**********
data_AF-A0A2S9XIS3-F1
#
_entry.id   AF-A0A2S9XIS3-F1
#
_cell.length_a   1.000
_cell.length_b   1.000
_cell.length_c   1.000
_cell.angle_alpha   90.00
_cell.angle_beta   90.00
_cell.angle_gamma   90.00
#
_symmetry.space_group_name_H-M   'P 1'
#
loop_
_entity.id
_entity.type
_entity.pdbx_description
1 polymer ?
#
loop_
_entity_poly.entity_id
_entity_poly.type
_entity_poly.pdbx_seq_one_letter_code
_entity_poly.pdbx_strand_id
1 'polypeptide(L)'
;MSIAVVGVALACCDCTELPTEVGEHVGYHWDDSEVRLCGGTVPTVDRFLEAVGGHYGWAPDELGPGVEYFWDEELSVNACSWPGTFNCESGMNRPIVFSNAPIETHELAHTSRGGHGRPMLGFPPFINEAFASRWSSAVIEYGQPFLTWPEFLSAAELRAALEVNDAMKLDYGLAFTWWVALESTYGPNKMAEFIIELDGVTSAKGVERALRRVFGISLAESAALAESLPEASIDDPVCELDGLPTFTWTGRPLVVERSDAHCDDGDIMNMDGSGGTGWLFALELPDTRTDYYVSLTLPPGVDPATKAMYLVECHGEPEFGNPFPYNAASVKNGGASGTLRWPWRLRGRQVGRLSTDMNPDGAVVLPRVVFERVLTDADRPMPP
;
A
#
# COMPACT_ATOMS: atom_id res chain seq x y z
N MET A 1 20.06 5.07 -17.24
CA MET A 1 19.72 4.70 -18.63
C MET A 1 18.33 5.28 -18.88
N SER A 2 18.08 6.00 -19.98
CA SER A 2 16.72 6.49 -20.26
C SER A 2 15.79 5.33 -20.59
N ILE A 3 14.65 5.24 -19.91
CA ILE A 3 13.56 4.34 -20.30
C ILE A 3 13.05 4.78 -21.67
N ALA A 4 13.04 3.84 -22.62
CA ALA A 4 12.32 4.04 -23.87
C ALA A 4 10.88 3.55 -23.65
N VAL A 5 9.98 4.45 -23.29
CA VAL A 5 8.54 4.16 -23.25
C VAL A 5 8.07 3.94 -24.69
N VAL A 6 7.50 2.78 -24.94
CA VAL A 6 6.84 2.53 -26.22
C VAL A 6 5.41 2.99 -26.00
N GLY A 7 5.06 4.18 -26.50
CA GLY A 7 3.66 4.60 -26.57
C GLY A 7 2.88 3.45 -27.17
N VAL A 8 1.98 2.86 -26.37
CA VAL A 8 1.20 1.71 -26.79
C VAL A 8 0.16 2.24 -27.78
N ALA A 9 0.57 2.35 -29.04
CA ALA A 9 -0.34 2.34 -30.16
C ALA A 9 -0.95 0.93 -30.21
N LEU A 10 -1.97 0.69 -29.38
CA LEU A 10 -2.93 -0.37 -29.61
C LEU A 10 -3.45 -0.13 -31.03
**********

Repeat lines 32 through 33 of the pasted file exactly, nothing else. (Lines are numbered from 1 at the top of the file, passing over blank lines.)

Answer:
CA MET A 1 19.72 4.70 -18.63
C MET A 1 18.33 5.28 -18.88